The HEAD Mobile School
The Head Mobile School for Children with Physical and Visual Disabilities::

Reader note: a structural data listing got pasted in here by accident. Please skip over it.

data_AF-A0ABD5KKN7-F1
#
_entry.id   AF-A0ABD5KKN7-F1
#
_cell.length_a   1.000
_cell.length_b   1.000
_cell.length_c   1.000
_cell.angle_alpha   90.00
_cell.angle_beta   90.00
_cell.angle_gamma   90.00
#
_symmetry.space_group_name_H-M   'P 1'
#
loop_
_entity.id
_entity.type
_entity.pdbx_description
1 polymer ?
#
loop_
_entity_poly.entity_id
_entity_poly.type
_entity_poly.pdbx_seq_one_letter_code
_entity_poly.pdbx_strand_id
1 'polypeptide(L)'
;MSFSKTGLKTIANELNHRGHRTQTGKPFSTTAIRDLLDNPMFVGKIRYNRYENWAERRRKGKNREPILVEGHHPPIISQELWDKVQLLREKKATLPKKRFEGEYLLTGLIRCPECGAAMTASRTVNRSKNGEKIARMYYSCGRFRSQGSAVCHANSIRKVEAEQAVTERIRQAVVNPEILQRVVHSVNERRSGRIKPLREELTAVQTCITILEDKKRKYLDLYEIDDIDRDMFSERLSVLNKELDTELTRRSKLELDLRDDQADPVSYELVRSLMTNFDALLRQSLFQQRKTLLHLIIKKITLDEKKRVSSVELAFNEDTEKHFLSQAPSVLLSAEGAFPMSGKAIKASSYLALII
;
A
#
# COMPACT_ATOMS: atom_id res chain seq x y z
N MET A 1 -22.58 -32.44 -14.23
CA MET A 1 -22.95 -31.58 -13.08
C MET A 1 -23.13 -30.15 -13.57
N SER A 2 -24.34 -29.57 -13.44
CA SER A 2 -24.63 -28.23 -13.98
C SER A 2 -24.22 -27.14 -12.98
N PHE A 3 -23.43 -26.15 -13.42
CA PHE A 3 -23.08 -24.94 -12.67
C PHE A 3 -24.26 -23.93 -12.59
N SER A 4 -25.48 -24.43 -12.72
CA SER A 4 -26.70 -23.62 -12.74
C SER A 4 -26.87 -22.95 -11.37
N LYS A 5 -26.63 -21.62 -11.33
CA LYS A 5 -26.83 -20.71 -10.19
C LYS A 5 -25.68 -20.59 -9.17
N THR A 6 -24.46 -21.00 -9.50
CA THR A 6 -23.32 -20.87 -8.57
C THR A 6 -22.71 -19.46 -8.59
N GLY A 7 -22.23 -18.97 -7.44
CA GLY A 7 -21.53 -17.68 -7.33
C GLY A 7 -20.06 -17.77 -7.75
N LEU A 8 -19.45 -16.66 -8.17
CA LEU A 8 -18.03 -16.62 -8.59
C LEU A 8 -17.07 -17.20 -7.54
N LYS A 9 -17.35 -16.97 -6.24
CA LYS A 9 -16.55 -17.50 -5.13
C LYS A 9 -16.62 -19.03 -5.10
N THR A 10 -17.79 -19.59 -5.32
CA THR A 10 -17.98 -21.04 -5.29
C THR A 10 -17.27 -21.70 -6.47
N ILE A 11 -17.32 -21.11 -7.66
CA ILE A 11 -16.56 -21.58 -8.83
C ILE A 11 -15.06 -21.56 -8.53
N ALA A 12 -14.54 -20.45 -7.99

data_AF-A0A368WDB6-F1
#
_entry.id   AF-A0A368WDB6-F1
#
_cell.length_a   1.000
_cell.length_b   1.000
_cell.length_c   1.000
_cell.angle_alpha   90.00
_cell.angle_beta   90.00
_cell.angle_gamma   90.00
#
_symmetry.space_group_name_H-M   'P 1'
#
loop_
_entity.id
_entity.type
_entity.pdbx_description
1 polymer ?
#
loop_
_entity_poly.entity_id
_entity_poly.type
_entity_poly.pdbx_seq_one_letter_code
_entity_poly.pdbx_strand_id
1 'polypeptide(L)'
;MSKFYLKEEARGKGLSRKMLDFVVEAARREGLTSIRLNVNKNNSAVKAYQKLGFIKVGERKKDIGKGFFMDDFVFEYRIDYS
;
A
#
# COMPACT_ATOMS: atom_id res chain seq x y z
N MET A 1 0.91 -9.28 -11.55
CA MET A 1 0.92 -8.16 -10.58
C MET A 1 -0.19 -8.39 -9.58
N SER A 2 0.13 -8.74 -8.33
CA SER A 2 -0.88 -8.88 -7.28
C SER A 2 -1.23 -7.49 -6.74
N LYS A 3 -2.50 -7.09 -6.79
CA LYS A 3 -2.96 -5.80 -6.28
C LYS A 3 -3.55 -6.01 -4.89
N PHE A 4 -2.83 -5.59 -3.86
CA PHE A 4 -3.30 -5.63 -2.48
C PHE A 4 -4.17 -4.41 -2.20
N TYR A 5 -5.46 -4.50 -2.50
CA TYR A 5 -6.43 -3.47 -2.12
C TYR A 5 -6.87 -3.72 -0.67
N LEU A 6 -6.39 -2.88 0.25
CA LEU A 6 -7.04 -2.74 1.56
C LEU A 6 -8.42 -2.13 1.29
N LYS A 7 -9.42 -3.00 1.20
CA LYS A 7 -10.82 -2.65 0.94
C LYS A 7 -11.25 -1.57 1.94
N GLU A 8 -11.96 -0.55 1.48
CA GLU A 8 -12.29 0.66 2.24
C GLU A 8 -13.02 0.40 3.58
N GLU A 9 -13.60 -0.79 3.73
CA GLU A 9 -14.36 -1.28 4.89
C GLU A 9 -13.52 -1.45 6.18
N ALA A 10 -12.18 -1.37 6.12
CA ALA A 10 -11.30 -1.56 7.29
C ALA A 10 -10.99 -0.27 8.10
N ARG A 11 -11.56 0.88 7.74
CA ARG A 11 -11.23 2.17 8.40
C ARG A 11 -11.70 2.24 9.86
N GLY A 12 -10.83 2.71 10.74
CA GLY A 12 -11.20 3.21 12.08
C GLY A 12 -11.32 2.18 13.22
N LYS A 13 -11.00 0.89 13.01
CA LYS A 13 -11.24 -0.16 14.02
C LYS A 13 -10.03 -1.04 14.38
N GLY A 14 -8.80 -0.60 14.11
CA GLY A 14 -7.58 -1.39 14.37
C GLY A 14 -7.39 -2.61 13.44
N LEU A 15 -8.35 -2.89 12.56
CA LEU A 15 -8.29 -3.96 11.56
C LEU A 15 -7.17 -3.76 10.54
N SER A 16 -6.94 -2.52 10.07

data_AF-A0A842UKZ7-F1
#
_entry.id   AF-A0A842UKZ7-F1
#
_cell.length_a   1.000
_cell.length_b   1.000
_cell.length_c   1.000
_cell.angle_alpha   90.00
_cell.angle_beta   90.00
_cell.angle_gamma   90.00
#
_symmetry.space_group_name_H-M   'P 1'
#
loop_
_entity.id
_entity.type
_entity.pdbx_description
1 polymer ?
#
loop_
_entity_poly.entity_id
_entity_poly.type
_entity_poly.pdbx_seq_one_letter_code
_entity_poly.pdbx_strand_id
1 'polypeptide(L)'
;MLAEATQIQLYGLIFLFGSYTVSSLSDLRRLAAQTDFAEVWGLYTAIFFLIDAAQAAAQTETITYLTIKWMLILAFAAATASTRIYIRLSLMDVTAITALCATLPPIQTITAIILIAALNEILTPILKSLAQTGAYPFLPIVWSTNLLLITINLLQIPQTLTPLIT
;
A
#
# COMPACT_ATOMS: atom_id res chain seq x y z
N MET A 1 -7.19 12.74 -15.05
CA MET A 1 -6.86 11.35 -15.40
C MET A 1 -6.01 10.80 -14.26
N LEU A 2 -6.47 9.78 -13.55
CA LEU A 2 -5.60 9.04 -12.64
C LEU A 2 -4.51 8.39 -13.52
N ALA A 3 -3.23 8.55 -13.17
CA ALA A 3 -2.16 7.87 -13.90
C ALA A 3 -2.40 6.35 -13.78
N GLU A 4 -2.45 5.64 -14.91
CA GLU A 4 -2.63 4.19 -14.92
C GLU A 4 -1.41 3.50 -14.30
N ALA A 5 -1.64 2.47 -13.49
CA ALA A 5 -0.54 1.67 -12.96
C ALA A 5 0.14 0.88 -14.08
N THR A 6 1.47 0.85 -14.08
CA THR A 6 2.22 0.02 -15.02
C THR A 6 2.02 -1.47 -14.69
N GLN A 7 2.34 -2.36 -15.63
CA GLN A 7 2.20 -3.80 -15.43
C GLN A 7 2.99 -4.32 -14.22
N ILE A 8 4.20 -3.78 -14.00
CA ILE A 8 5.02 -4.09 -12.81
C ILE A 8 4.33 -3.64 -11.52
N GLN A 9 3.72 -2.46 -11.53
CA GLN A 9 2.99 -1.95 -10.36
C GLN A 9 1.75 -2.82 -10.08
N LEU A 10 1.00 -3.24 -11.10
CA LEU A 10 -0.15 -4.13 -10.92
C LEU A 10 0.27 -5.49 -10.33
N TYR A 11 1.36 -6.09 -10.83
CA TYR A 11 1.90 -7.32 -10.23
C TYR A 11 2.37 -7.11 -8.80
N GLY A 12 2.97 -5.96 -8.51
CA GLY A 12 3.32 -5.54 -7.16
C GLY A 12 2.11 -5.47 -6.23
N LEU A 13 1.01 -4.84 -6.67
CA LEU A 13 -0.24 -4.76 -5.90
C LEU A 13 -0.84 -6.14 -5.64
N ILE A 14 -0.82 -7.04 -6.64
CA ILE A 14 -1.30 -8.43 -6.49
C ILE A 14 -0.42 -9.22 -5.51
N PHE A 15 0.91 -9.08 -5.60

Humla is one of the most remote and undeveloped districts in rural Himalayas of Nepal where the situation of children with disabilities is extremely difficult. Specialized services for early detection and intervention for all disabilities are available only in distant centers offering specialist services, which are completely beyond the reach of poor families having such children from the district like Humla. Therefore, we have planned the project, the HEAD Mobile School since the establishment of the organization. The Mobile School is a first step to take literacy and education to the disabled children at their homes when they are themselves unable to come to schools and learning centers and regular schools are not able to accommodate/integrate such children in their educational process. After the successful operation of the first Mobile School in 2011 for children with visual impairment in 8 VDCs of Humla, after there we ran a numbers of the same school in 11 VDCs in the middle Humla for children with physical and visual impairment. The major goal of the project is to promote literacy and inclusive education for the children with disabilities and their parents in the rural Nepal through operating a mobile school with literacy based educational training at their home and ultimately integrate them into mainstream education system. In this fiscal year only we visited to the most further down parts of Humla which are Shreenagar, Jaira, Madana, Kalikot in order to identify the children with disabilities in these VDCs. But on Darma Melchham, rodikot, and raya mobile school was conducted and respectively 16, 9, 12 and 19 children with visually and physically impaired were engaged.. In total 56 students were able to attend the class. The classes were conducted with the main principle of mobile school which is bring school to the children.